Addresses questions regarding credit transfers, school mobility, and other challenges experienced by…
This is partially due to not having a permanent address and having to repeatedly share their personal information with various agencies and organizations. Due to this susceptibility, Michigan State University offers tips to help protect young people in foster care.
- Keep all documents that show a child’s personal information safely locked up. What is personal information? At a minimum, it includes a child’s date of birth, Social Security number, and birth certificate. Do not carry your child’s Social Security card with you.
- Share your child’s Social Security number only when you know and trust the other party. If someone asks for your child’s Social Security number, ask why they want it, how they’ll safeguard it, how long they’ll keep it, and how they’ll dispose of it. If you’re not satisfied with the answers, don’t share the number. Ask to use another identifier.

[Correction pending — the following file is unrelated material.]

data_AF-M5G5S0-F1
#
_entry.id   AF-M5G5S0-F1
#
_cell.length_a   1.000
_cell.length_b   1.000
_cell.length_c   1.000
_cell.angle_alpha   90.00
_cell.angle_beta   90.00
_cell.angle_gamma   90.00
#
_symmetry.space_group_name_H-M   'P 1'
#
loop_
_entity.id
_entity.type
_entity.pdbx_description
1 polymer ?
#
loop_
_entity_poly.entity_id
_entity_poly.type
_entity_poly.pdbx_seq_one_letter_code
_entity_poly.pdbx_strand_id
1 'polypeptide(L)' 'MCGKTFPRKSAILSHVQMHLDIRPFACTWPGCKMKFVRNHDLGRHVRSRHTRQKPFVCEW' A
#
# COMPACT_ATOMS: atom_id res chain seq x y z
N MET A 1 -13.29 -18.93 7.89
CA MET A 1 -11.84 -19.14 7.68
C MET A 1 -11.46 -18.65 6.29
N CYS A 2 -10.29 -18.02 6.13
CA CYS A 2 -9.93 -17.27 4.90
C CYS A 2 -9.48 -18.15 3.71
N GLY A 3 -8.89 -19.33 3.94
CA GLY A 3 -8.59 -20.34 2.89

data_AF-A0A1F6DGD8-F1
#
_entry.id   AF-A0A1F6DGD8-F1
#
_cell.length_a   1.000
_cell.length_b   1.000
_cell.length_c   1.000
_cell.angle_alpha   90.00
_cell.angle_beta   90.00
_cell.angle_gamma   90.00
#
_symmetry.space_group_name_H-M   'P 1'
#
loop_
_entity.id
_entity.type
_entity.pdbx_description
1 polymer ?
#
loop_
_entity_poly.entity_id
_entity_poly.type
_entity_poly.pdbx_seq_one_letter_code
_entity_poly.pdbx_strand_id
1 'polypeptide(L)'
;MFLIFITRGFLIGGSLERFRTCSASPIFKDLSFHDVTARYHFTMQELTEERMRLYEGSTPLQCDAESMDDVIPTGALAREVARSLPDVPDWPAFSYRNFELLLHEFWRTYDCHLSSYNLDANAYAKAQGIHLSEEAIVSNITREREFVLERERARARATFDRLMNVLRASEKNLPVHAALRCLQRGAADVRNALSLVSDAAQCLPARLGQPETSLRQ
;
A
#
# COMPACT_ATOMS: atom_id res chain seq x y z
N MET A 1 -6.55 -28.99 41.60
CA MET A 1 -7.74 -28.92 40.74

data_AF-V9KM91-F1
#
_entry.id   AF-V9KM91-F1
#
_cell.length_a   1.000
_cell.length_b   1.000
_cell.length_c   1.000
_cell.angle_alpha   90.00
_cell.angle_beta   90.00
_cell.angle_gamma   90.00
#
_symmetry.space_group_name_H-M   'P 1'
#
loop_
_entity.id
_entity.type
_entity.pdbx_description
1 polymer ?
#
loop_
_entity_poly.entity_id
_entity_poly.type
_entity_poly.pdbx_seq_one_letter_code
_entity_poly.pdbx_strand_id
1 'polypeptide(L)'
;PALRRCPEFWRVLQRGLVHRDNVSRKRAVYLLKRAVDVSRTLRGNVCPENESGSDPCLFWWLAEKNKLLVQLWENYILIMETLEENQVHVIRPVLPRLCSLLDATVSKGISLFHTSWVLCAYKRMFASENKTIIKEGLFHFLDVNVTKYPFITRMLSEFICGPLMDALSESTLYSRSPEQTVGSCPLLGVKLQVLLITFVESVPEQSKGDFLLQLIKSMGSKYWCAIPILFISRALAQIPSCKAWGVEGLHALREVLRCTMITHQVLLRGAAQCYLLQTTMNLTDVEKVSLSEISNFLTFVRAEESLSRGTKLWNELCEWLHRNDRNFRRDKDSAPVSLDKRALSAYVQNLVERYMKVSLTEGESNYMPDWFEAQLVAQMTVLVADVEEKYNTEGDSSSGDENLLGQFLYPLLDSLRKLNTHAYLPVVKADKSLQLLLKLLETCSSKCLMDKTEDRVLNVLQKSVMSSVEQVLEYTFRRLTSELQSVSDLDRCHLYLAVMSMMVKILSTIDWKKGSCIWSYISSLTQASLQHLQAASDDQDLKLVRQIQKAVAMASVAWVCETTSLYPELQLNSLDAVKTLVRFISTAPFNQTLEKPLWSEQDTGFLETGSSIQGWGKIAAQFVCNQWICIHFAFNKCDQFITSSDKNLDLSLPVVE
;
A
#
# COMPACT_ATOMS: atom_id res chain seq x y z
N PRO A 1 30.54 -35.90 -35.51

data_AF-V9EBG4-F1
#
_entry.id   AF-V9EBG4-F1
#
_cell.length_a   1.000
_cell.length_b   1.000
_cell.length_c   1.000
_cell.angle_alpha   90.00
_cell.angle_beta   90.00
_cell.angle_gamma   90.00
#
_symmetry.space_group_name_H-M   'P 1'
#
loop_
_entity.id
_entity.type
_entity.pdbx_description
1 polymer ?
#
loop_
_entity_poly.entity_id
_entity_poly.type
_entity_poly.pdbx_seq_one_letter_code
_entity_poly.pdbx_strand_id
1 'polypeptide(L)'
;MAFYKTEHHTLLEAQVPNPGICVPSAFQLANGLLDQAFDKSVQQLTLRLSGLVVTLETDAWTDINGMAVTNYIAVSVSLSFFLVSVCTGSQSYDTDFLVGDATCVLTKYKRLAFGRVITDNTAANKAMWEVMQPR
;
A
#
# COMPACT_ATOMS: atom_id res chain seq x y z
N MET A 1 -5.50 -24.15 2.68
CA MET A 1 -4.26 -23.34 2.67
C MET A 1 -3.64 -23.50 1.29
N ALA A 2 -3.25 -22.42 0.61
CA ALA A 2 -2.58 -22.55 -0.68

- Never send personal or financial information – your child’s or your own, for that matter – through an unsecured wireless connection in a public place.
- Limit the chances that your child’s information will be stolen or misused at school. Find out who has access to your child’s personal information, and read the notices that schools are required to send explaining your rights under the Family Educational Rights and Privacy Act (FERPA). That law protects the privacy of student education records, and gives you the right to opt out of the release of directory information to third parties, including other families.
For more information, follow the links below.
Fostering Success Michigan is a program of The New Foster Care that aims to increase access and success in higher education and post-college careers for youth with experience in foster care. Learn how you can contribute to building a holistic network that insulates (i.e., strengthens protective factors and reduces risks) the education to career "pipeline."Make a Donation